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Wonders: Religious Rhetoric and the Preservation of Sign Language|
Protestant references surfaced throughout the early editions of the Arizona Cactus. Seasonal greetings often included quotes of Bible verses, and one historical piece recounting the role of deaf people in history starts with the story of Jesus performing a miracle: “One day while Jesus was preaching to a crowd of people on the shore of Galilee, some one [sic] brought to Him a man who was a deaf-mute. Jesus [felt] sorry for him and said: ‘Ephphatha’ and his ear[s] were opened and he could speak again.”63 This story from Mark 7:32–35 is often cited in deaf narratives. Many members of the deaf community of the day often associated the command “be opened” (ephphatha) with the minds of deaf people, thus the need to utilize the best method of education. This selection is also a reminder that deaf students were responsible for printing the Arizona Cactus. Although the quote contains some errors, it is possible that they were in the original manuscript submitted by the author, who is not acknowledged but in all likelihood was a student.
“The Deaf in History” is a short article that recounts part of Jesus’s life, beginning with the healing of the deaf man, and later mentions the opening of a college for deaf students in the late nineteenth century. It ends in 1936, which would have been the current time for the author, a period when many such schools had opened all over the world.64 It is a familiar account of the history of deaf people in the United States because the author cites the influence of T. H. Gallaudet on deaf education. Evident in this article are the influence of religious teachings in schools for deaf students and the story of T. H. Gallaudet as the father of deaf education in the United States. “The Deaf in History” demonstrates the ability of deaf students to acquire knowledge and to use written English while attending a school that values the use of sign language among deaf students.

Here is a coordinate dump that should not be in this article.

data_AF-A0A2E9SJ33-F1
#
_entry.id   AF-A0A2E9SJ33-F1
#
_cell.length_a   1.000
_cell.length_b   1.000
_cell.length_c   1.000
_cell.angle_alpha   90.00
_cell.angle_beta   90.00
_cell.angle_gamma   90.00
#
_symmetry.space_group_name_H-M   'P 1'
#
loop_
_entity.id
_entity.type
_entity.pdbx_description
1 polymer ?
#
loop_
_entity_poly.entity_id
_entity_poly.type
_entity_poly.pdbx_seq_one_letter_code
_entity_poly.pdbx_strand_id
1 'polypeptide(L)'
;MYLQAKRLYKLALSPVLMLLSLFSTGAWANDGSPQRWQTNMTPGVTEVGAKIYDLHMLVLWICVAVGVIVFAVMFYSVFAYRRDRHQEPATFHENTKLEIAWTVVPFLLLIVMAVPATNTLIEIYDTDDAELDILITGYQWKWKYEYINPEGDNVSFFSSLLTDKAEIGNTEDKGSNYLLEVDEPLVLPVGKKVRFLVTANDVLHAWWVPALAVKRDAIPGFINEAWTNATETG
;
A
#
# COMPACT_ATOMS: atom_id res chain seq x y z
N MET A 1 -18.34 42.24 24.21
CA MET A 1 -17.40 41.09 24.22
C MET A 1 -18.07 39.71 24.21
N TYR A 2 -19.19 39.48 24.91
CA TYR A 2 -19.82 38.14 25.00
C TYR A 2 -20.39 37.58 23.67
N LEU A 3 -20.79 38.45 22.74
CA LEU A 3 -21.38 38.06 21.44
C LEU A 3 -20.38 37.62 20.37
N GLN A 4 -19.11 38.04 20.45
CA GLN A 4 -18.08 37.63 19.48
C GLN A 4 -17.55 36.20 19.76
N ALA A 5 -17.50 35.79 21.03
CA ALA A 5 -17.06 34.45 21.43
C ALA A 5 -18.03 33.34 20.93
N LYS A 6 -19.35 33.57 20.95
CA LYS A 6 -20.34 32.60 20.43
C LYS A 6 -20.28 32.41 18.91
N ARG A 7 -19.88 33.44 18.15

The teaching methods advocated by Edward Gallaudet and Bell at the end of the nineteenth century had lasting impacts on the deaf community. Today, many have adapted Bell’s arguments to pursue scientific means to eliminate deafness. We see this with the advancement of technology and cochlear implants and with genetic testing to isolate the hereditary cause of hearing loss. This view of deafness as a deficit is contrasted by deaf community members who cite deaf people’s productivity in society and life in general as evidence they are not lacking. Edward Gallaudet would not completely agree with this current viewpoint in the deaf community; however, he did support the use of sign language, especially to train deaf students in religion. For Edward Gallaudet, nondenominational religious training favoring Protestantism was important for the American schools for the deaf to maintain, and he argued that this training needed to be conducted in sign language. What emerged from this practice was the site of the sanctuary in advocacy for sign language. Because many oralists and manualists agreed that chapel services in the schools for the deaf should be conducted in sign language for all students, sign language persevered. This meant that the sanctuary became a location where, despite oralists’ motives to eliminate sign language, it flourished and was transmitted throughout the American deaf community.